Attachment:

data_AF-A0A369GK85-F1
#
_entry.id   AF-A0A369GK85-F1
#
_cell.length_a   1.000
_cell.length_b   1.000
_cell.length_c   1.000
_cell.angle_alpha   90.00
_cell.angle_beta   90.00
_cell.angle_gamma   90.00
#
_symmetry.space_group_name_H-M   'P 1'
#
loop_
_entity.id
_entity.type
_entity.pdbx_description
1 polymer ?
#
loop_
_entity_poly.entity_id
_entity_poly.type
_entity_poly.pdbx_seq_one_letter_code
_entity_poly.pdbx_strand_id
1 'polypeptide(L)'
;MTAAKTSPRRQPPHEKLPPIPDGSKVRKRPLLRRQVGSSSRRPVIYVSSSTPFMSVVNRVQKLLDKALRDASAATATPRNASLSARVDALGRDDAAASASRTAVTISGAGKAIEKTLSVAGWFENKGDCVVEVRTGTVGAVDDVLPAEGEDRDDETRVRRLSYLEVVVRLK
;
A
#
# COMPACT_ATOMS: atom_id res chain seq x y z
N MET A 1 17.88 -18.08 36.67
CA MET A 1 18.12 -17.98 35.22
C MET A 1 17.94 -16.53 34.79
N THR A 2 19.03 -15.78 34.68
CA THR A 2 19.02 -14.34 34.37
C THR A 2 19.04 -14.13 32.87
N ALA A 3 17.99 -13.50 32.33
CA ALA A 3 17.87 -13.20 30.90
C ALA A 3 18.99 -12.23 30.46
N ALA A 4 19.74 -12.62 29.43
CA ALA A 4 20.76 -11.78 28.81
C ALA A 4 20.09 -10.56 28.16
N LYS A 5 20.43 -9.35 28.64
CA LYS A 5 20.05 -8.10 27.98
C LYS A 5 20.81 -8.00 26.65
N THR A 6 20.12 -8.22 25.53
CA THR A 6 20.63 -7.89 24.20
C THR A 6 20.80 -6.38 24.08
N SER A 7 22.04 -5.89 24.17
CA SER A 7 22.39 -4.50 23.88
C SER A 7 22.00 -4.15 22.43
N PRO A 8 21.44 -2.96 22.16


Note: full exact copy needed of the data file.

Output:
data_AF-A0A369GK85-F1
#
_entry.id   AF-A0A369GK85-F1
#
_cell.length_a   1.000
_cell.length_b   1.000
_cell.length_c   1.000
_cell.angle_alpha   90.00
_cell.angle_beta   90.00
_cell.angle_gamma   90.00
#
_symmetry.space_group_name_H-M   'P 1'
#
loop_
_entity.id
_entity.type
_entity.pdbx_description
1 polymer ?
#
loop_
_entity_poly.entity_id
_entity_poly.type
_entity_poly.pdbx_seq_one_letter_code
_entity_poly.pdbx_strand_id
1 'polypeptide(L)'
;MTAAKTSPRRQPPHEKLPPIPDGSKVRKRPLLRRQVGSSSRRPVIYVSSSTPFMSVVNRVQKLLDKALRDASAATATPRNASLSARVDALGRDDAAASASRTAVTISGAGKAIEKTLSVAGWFENKGDCVVEVRTGTVGAVDDVLPAEGEDRDDETRVRRLSYLEVVVRLK
;
A
#
# COMPACT_ATOMS: atom_id res chain seq x y z
N MET A 1 17.88 -18.08 36.67
CA MET A 1 18.12 -17.98 35.22
C MET A 1 17.94 -16.53 34.79
N THR A 2 19.03 -15.78 34.68
CA THR A 2 19.02 -14.34 34.37
C THR A 2 19.04 -14.13 32.87
N ALA A 3 17.99 -13.50 32.33
CA ALA A 3 17.87 -13.20 30.90
C ALA A 3 18.99 -12.23 30.46
N ALA A 4 19.74 -12.62 29.43
CA ALA A 4 20.76 -11.78 28.81
C ALA A 4 20.09 -10.56 28.16
N LYS A 5 20.43 -9.35 28.64
CA LYS A 5 20.05 -8.10 27.98
C LYS A 5 20.81 -8.00 26.65
N THR A 6 20.12 -8.22 25.53
CA THR A 6 20.63 -7.89 24.20
C THR A 6 20.80 -6.38 24.08
N SER A 7 22.04 -5.89 24.17
CA SER A 7 22.39 -4.50 23.88
C SER A 7 22.00 -4.15 22.43
N PRO A 8 21.44 -2.96 22.16